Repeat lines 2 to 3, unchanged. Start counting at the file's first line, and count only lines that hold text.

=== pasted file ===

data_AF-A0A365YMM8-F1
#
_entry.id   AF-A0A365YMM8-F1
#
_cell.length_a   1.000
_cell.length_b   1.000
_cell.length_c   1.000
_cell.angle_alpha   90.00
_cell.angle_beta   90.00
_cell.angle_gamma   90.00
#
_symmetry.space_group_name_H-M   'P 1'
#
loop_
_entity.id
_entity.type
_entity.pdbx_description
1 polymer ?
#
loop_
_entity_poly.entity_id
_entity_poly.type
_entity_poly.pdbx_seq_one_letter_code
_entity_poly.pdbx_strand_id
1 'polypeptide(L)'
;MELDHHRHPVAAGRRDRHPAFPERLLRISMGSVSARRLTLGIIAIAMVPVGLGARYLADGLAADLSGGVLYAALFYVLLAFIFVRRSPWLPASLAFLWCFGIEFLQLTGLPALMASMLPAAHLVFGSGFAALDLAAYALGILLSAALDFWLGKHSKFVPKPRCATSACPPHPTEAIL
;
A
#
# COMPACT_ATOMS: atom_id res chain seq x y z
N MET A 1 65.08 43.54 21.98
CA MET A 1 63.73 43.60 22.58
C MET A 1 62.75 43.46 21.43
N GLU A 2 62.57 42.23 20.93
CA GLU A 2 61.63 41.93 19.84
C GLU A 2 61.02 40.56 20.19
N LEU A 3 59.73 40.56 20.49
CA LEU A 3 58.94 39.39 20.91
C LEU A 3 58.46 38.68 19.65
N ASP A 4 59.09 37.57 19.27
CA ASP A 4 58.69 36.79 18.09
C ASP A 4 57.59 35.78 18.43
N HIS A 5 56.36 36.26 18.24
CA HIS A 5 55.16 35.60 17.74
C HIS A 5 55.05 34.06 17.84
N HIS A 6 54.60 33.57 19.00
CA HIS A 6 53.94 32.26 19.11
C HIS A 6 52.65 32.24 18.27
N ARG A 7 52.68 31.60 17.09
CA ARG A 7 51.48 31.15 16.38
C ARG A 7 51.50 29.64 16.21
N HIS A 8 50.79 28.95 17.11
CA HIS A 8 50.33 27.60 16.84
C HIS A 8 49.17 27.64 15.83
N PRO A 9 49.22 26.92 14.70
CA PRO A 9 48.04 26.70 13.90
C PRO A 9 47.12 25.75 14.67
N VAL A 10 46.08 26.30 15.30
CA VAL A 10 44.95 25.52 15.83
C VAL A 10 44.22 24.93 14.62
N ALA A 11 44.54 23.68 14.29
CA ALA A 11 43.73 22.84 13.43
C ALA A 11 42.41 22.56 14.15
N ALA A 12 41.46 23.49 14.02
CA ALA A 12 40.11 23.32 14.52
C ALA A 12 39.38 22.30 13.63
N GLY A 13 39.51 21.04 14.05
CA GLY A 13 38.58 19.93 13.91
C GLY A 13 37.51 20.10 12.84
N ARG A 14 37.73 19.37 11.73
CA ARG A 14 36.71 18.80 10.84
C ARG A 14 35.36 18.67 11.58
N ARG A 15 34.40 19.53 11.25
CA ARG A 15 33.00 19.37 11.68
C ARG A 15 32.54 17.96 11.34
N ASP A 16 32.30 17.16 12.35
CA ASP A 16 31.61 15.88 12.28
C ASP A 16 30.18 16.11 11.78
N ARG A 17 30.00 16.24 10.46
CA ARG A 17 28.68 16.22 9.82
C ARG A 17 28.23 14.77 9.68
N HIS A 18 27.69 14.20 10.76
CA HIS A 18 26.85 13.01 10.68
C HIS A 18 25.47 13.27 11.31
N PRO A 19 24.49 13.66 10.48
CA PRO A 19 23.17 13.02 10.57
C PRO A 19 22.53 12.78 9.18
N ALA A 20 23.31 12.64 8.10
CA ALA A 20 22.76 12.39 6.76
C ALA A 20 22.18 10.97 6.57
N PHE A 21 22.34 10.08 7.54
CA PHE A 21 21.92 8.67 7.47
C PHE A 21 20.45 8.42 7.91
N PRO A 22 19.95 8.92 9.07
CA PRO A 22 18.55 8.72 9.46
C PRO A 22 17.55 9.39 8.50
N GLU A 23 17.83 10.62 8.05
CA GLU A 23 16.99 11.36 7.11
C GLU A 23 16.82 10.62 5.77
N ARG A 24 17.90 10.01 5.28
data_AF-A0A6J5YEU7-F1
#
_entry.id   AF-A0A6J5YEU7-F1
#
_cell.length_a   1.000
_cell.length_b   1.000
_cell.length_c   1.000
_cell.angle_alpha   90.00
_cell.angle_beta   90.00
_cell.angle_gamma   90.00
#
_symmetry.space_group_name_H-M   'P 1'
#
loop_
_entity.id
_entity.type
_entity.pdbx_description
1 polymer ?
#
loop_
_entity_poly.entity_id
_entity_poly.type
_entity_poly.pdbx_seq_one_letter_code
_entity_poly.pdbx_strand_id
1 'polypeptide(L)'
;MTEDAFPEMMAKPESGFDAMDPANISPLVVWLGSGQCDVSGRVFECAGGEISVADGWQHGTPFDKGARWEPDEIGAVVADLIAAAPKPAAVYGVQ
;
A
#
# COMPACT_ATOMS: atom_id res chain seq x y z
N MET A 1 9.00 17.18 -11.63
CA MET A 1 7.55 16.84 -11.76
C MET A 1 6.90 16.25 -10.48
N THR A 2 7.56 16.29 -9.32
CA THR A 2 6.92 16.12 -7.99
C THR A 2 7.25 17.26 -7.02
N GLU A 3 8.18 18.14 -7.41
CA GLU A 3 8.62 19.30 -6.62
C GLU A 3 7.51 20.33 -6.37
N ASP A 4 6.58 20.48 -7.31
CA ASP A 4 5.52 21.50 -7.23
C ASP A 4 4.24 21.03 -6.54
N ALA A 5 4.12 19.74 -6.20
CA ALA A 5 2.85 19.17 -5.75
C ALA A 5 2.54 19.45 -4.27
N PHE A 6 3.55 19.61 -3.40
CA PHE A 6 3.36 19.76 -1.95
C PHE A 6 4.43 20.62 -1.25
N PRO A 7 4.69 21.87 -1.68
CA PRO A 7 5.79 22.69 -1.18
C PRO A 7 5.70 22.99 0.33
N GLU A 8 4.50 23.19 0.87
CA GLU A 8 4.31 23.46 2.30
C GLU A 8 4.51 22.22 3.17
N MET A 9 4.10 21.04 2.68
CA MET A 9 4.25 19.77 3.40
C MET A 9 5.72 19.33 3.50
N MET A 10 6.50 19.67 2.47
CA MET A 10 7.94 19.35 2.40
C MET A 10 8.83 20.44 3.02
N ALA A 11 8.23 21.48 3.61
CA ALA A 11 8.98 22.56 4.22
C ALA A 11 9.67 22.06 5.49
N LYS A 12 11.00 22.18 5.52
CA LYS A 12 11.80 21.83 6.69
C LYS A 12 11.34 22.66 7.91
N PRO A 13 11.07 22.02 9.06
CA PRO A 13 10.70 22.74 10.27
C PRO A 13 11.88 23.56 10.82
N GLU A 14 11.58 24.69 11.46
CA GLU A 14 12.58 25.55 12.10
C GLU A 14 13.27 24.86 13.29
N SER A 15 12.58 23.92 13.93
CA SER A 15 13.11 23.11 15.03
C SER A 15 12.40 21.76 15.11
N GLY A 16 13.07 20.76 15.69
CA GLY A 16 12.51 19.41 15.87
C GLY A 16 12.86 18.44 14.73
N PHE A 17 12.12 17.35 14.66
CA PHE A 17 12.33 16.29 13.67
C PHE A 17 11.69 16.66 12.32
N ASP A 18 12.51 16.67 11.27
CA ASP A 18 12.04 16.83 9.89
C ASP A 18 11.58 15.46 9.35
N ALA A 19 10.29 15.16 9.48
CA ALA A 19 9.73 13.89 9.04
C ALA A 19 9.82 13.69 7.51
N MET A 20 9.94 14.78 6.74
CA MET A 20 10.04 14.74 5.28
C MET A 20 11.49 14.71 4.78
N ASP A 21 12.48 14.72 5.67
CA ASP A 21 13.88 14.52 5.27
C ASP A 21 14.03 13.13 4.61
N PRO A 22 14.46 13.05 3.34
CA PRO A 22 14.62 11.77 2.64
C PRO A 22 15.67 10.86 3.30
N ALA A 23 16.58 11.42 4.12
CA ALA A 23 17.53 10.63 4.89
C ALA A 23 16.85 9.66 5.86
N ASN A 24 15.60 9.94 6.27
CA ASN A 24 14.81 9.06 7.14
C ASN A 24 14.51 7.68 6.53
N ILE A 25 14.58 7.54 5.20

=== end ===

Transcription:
#
_entry.id   AF-A0A365YMM8-F1